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J Theor Biol. 1986 Mar 21;119(2):197-204.

Copy number amplification of the 2 micron circle plasmid of Saccharomyces cerevisiae.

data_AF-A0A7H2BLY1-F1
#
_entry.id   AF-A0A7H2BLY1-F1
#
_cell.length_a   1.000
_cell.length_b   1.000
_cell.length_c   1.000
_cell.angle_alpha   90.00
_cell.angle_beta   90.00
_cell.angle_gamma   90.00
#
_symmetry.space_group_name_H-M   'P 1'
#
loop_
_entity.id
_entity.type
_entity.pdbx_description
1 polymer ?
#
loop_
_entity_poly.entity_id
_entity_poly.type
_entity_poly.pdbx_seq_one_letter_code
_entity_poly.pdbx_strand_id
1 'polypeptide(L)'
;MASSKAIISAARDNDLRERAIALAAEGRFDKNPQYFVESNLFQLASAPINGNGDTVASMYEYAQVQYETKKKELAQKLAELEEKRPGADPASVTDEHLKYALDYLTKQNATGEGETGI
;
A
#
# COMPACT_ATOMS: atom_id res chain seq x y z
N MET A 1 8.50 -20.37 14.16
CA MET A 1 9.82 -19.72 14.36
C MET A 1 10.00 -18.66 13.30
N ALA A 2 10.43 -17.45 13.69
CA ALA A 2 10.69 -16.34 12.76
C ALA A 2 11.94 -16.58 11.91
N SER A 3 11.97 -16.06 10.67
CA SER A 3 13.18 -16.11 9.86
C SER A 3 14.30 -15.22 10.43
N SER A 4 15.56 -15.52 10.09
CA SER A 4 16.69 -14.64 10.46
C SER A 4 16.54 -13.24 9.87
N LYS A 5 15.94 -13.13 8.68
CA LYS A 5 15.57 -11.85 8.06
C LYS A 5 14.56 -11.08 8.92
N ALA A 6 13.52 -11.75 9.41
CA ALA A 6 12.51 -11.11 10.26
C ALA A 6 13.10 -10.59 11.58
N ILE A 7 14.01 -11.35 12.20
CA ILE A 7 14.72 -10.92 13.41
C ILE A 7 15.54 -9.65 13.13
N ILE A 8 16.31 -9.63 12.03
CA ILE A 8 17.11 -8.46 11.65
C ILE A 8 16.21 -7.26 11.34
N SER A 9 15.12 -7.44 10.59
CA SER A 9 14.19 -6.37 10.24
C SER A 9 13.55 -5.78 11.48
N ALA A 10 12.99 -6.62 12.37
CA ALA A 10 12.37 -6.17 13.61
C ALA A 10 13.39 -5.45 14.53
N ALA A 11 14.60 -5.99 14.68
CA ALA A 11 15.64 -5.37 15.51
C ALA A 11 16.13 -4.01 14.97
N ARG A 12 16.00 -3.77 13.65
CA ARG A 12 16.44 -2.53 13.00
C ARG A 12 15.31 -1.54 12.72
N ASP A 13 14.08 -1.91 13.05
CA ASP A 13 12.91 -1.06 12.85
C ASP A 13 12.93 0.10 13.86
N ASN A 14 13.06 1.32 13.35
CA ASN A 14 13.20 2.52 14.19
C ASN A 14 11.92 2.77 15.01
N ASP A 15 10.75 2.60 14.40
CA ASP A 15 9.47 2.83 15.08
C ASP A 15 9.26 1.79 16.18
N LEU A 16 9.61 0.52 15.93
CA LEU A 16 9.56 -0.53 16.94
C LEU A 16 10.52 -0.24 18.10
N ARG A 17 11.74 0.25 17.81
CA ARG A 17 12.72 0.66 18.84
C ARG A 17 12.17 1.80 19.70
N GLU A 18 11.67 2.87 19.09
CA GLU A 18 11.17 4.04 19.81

The 2 micron circle is a small double stranded DNA plasmid that occurs at about 60 copies per cell in the nuclei of virtually all strains of Saccharomyces cerevisiae. The plasmid has no apparent phenotypic effect on host cells, and is the basis of many useful vectors for the transformation of yeast. Under certain circumstances, the plasmid is apparently able to replicate more than once per cell cycle; this over-replication allows the maintenance of the plasmid at high copy number. The plasmid has two inverted repeat sequences, and encodes a product that catalyses intra-molecular recombination between these two repeats. Models are proposed whereby recombination leads to copy number amplification. In particular, it is proposed that intra-molecular recombination during replication flips the orientation of one replication fork with respect to the other, so that both forks travel in the same direction around a circular monomer template, generating a large multimer from a monomer and a single initiation of replication.

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